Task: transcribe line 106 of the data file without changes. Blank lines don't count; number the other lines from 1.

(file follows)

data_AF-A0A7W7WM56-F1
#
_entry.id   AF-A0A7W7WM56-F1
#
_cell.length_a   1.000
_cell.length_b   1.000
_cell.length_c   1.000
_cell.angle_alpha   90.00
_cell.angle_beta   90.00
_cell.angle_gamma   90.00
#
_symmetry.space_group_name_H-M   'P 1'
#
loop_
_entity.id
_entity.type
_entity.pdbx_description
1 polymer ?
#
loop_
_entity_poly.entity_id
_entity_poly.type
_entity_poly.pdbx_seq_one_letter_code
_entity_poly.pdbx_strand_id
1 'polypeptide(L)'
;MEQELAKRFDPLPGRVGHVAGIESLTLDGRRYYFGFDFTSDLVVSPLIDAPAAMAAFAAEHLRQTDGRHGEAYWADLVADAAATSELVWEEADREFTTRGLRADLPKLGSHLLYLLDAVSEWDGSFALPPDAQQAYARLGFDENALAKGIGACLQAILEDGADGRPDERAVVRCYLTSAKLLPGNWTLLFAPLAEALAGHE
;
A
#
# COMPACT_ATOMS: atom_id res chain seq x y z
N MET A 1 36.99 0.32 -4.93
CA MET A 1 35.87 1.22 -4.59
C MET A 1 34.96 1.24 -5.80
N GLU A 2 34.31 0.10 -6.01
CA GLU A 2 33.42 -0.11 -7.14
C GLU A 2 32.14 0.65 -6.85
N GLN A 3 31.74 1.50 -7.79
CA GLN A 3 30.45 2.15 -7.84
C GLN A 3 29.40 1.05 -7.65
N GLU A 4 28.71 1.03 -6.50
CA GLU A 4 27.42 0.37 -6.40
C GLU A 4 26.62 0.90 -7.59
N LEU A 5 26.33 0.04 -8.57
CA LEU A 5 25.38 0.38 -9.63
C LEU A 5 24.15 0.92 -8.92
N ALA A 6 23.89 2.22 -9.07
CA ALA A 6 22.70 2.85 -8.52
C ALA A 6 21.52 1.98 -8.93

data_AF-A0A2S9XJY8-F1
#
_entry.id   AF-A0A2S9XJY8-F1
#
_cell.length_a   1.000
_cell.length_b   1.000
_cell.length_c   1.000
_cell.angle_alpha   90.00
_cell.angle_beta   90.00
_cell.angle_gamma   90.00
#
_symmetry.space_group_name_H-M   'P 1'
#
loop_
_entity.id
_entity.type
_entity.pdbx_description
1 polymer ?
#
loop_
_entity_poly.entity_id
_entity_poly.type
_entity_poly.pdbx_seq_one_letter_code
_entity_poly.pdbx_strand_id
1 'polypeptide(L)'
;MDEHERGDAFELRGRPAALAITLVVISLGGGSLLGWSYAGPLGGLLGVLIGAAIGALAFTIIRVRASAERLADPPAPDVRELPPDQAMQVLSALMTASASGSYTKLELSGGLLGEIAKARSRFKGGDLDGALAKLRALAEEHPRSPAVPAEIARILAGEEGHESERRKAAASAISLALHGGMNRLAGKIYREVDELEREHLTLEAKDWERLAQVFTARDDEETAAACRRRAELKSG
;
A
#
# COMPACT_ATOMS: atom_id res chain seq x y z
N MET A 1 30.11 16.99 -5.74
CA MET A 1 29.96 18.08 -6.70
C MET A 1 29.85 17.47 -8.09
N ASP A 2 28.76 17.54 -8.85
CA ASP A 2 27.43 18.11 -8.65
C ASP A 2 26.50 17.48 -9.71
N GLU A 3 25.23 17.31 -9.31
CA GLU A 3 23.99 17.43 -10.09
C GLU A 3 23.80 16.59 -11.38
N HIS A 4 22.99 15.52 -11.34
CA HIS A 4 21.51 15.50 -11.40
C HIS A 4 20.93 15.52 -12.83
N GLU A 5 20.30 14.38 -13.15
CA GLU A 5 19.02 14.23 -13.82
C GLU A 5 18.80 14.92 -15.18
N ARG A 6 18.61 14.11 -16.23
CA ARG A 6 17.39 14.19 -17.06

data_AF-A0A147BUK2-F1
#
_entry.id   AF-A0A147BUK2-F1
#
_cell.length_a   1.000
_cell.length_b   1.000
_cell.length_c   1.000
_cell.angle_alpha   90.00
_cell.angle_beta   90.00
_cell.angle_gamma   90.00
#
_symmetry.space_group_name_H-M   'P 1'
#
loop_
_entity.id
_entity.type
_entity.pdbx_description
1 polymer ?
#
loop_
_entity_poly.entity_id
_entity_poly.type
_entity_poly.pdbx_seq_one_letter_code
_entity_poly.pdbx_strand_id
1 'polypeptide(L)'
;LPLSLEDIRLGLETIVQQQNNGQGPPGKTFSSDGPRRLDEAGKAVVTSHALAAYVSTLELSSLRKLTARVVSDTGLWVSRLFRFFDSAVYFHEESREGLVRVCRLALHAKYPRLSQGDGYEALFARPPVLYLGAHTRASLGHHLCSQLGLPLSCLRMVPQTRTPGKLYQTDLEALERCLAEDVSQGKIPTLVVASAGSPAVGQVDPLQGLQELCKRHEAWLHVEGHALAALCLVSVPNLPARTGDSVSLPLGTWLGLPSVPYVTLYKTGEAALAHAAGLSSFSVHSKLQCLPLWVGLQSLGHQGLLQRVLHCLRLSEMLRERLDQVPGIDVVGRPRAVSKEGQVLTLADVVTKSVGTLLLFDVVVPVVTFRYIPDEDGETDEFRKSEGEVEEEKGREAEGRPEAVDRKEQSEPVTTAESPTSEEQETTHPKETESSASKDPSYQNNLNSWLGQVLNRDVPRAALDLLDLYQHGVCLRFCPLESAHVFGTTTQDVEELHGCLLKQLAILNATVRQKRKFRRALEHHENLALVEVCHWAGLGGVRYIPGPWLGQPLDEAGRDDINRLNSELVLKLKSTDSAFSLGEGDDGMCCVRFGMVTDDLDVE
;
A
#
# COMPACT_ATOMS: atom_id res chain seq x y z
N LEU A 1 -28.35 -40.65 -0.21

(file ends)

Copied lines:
#